rss
J Med Genet 38:e12 doi:10.1136/jmg.38.4.e12
  • Electronic letters

New problems in testing for Huntington's disease: the issue of intermediate and reduced penetrance alleles

  1. ANNEKE MAAT-KIEVIT*,
  2. MONIQUE LOSEKOOT*,
  3. HANNEKE VAN DEN BOER-VAN DEN BERG*§,
  4. GERT-JAN VAN OMMEN,
  5. MARTINUS NIERMEIJER,
  6. MARTIJN BREUNING*,
  7. AAD TIBBEN**
  1. *Department of Clinical Genetics, Leiden University Medical Centre, PO Box 9600, 2300 RC Leiden, The Netherlands
  2. †Department of Clinical Genetics, Erasmus University Medical Centre Rotterdam, Rotterdam, The Netherlands
  3. ‡Department of Human Genetics, Leiden University Medical Centre, Leiden, The Netherlands
  4. §Department of Philosophy, Medical Ethics, and History of Medicine, Erasmus University Medical Centre Rotterdam, Rotterdam, The Netherlands
  5. ¶Department of Neurology, Leiden University Medical Centre, Leiden, The Netherlands
  6. **Department of Medical Psychology, Erasmus University Medical Centre Rotterdam, Rotterdam, The Netherlands
  1. Dr Maat-Kievit, J.A.Maat{at}KGC.AZL.NL

    Editor—Huntington's disease (HD) is an autosomal dominant, progressive, incurable neuropsychiatric disorder, characterised by chorea, changes in personality, mood, and behaviour, and dementia. Because the mean age at onset is 40 years (range 5 to 70 years), the risk for a healthy young adult with an affected parent will remain nearly 50%, making decisions about the future and family planning difficult.1 2 After the localisation of the gene to chromosome 4p16.3 in 1983, predictive testing by linkage analysis became available for subjects at risk for HD3 and was shown to have potential benefits.4 When the mutation in the HD gene was identified in 1993,5 predictive testing became technically simpler, reliable, and available for everyone at risk. HD, like other neurodegenerative disorders (for example, SCA1, 2, 3, 6, and 7, DRPLA, and SBMA), is caused by an expanded CAG repeat. The wild type allele has six to 35 copies but affected subjects have between 36 and 121 repeats.6 7 The HD and normal range have quite distinct peaks but the tails of both curves are close to each other. As in SCA1 and 2 (and as opposed to SCA3 and 6, SBMA, and DRPLA), there is no gap between normal and disease ranges in HD and reduced penetrance is found in the lower range of the disease repeat. The normal repeat segregates simply and stably as a polymorphic locus, but the disease repeat size tends to increase and occasionally decrease in successive generations.8 The limits of the CAG repeat size in the HD gene have been redefined,9 based on the total number of normal and symptomatic subjects assessed.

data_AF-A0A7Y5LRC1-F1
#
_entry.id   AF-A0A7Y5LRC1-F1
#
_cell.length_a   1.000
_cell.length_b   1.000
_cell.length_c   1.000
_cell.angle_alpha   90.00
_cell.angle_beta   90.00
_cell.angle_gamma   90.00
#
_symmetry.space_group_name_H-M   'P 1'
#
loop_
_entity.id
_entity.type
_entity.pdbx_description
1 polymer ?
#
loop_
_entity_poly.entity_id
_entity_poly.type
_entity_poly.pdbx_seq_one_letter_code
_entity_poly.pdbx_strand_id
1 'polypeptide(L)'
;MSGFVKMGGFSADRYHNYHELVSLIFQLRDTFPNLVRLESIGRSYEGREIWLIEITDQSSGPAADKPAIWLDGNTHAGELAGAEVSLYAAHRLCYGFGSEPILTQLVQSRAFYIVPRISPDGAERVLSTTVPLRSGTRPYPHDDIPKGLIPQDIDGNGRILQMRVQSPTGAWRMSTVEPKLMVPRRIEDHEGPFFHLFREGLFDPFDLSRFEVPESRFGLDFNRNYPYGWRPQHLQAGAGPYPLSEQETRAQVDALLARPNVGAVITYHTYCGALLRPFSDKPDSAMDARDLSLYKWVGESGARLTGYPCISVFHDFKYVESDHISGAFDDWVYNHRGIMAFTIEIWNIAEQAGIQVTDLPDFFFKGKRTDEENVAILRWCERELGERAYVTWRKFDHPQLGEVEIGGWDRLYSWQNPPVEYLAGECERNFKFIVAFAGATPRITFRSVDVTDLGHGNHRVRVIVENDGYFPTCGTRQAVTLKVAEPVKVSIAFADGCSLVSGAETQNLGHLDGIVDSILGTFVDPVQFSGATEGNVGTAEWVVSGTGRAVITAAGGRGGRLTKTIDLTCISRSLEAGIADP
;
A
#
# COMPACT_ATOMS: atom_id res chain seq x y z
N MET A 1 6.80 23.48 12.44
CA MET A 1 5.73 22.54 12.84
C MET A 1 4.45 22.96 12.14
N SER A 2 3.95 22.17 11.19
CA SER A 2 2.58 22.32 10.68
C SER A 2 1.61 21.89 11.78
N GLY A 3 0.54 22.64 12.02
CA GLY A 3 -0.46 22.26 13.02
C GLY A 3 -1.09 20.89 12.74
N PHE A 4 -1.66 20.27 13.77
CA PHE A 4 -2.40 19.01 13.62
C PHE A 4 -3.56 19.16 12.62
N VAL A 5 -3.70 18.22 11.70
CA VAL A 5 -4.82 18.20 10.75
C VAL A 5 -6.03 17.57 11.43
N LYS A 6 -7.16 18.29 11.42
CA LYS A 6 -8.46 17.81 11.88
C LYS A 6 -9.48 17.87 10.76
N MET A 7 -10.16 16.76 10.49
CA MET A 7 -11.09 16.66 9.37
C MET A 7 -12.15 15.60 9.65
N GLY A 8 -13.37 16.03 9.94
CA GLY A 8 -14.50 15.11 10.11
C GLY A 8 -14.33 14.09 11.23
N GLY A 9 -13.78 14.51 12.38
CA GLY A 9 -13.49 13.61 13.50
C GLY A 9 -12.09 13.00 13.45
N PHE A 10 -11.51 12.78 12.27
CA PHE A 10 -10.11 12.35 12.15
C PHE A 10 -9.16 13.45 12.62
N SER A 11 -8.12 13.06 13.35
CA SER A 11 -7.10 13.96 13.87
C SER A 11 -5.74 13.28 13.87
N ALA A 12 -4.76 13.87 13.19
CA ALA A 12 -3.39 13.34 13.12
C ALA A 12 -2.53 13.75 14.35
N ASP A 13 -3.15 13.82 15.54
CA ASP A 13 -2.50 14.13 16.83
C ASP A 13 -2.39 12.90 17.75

A normal repeat, with less than 27 repeats, has never been associated with a HD phenotype, nor has it shown instability resulting in a HD …